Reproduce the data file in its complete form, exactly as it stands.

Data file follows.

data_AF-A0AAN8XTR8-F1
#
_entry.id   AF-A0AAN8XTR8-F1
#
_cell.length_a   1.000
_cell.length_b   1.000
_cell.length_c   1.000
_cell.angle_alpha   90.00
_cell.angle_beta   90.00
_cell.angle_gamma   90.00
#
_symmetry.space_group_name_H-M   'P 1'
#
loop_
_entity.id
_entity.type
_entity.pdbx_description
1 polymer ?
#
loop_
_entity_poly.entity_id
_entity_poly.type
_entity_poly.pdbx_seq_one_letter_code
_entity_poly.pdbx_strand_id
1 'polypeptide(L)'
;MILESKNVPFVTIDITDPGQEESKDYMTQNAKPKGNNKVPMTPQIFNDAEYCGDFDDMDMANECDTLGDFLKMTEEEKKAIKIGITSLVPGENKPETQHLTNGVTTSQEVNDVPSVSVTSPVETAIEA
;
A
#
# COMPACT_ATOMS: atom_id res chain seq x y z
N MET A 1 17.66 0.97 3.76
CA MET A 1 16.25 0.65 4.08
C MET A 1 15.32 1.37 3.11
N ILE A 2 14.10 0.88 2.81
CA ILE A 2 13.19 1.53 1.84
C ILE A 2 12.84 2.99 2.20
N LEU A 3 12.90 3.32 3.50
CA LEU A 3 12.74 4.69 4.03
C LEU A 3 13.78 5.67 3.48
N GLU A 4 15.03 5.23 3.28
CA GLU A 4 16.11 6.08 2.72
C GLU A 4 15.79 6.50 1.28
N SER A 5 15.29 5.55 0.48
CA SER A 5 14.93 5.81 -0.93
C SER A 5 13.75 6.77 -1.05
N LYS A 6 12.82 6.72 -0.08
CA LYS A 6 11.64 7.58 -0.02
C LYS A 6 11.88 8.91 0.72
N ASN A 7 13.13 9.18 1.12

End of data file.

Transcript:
data_AF-A0AAN8XTR8-F1
#
_entry.id   AF-A0AAN8XTR8-F1
#
_cell.length_a   1.000
_cell.length_b   1.000
_cell.length_c   1.000
_cell.angle_alpha   90.00
_cell.angle_beta   90.00
_cell.angle_gamma   90.00
#
_symmetry.space_group_name_H-M   'P 1'
#
loop_
_entity.id
_entity.type
_entity.pdbx_description
1 polymer ?
#
loop_
_entity_poly.entity_id
_entity_poly.type
_entity_poly.pdbx_seq_one_letter_code
_entity_poly.pdbx_strand_id
1 'polypeptide(L)'
;MILESKNVPFVTIDITDPGQEESKDYMTQNAKPKGNNKVPMTPQIFNDAEYCGDFDDMDMANECDTLGDFLKMTEEEKKAIKIGITSLVPGENKPETQHLTNGVTTSQEVNDVPSVSVTSPVETAIEA
;
A
#
# COMPACT_ATOMS: atom_id res chain seq x y z
N MET A 1 17.66 0.97 3.76
CA MET A 1 16.25 0.65 4.08
C MET A 1 15.32 1.37 3.11
N ILE A 2 14.10 0.88 2.81
CA ILE A 2 13.19 1.53 1.84
C ILE A 2 12.84 2.99 2.20
N LEU A 3 12.90 3.32 3.50
CA LEU A 3 12.74 4.69 4.03
C LEU A 3 13.78 5.67 3.48
N GLU A 4 15.03 5.23 3.28
CA GLU A 4 16.11 6.08 2.72
C GLU A 4 15.79 6.50 1.28
N SER A 5 15.29 5.55 0.48
CA SER A 5 14.93 5.81 -0.93
C SER A 5 13.75 6.77 -1.05
N LYS A 6 12.82 6.72 -0.08
CA LYS A 6 11.64 7.58 -0.02
C LYS A 6 11.88 8.91 0.72
N ASN A 7 13.13 9.18 1.12